Nature in disease: illustrated in various discourses and essays. To which are added miscellaneous writings, chiefly on medical subjects

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Phillips, Sampson and company, 1859 - Medicine - 410 pages
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Page 207 - was dissipated by degrees, like a cloud or smoke, the real day returned, and even the sun appeared, though very faintly, as when an eclipse is coming on. Every object that presented itself to our eyes seemed changed, being covered with white ashes, as with a deep snow.
Page 322 - ten pounds the pound weight ; and in respect of its former scarceness and dearness, it hath been only used as a regalia in high treatments and entertainments, and presents made thereof to princes and grandees till the year 1657. The said Thomas Garway did purchase a quantity thereof, and first publicly sold the said tea in leaf and drink, made according
Page 287 - variously called Partridge in the Northern and Eastern States, Pheasant in Pennsylvania and the Western States, and "Ruffed Grous" by Wilson, Nuttall, and Audubon, appears to inhabit the continent from Hudson's Bay to the Gulf of Mexico, and from the Atlantic to the Mississippi. It is a handsome bird, of the Gallinaceous tribe, with mottled plumage, the tail
Page 321 - It is good against tipitude, distillations, and cleareth the sight. " It removeth lassitude, and cleanseth and purifieth acrid humors, and a hot liver. " It is good against crudities, strengthening the weakness of the ventricle or stomach, causing good appetite and digestion, and particularly for men of corpulent body, and such as are great eaters of flesh.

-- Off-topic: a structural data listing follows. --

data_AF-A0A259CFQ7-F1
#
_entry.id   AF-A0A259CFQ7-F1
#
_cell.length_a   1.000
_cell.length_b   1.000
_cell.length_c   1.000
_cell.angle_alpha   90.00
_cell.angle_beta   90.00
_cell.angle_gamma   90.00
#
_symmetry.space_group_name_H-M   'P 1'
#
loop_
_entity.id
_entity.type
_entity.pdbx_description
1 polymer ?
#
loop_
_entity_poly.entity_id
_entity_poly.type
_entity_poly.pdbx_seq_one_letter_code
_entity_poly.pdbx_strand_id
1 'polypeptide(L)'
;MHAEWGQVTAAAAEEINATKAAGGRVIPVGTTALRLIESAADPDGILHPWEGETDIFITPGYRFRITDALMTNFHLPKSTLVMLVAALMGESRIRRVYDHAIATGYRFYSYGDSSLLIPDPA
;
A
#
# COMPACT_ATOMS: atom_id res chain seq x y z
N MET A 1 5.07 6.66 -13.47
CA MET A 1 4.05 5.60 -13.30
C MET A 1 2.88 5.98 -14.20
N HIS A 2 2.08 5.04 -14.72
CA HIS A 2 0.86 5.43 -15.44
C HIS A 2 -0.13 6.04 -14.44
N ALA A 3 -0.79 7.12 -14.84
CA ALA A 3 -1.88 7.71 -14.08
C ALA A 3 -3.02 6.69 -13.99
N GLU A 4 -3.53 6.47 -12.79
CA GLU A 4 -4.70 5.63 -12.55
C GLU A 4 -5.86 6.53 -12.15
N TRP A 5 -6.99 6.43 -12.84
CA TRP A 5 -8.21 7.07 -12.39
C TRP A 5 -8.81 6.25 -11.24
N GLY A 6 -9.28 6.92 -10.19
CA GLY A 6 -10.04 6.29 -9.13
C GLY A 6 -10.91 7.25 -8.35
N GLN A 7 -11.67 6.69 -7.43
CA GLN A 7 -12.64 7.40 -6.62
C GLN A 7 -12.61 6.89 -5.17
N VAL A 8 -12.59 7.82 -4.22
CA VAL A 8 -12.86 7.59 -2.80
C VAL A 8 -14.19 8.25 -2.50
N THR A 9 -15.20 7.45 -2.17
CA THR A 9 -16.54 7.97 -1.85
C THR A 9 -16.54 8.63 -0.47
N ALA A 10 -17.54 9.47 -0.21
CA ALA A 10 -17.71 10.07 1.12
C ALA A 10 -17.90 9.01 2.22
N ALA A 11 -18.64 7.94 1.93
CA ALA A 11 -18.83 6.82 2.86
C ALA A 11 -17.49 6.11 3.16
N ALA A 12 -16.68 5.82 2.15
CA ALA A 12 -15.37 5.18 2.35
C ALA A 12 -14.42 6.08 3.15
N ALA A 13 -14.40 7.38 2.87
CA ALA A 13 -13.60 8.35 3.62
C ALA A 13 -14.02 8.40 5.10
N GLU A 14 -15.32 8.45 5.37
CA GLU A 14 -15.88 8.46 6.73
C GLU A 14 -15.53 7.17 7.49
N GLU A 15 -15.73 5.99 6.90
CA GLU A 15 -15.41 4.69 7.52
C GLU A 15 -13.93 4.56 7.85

Page 206 - others for their husbands, and only distinguishing each other by their voices, one lamenting his own fate, another that of his family, some wishing to die from the very fear of dying
Page 322 - It vanquisheth heavy dreams, easeth the frame, and strengthened! the memory. " It overcometh superfluous sleep, and prevents sleepiness in general, a draught of the infusion being taken ; so that, without trouble, whole nights may be spent in study without hurt to the body, in that it moderately healeth and bindeth the mouth of the stomach. "It prevents and cures agues,
Page 323 - and quality, gentlemen and others, who have occasion for tea in leaf, may be supplied, these are to give notice that the said Thomas hath tea to sell, from sixteen to fifty shillings in the pound.
Page 392 - Whether there be a tree in Mexico that yields water, wine, vinegar, oil, milk, honey, wax, thread and needles ? " The answer here is more encouraging: "The cocos-trees yield all this, and more.
Page 320 - Tea is generally brought from China, and groweth there upon little shrubs and bushes, the branches whereof are well garnished with white flowers, that are yellow within, of the bigness and fashion of sweet-brier, but in smell unlike, bearing thin green leaves about the bigness of scordium, myrtle, or sumack, and is judged to be a kind of
Page 350 - lungs and liver, annoyeth the milt, scorcheth the heart, and causeth the blood to be adusted. In a word, it overthroweth the spirits, perverteth the understanding, and confoundeth the senses with sudden astonishment and stupiditie of the whole body." A poetical philippic, called "Tobacco

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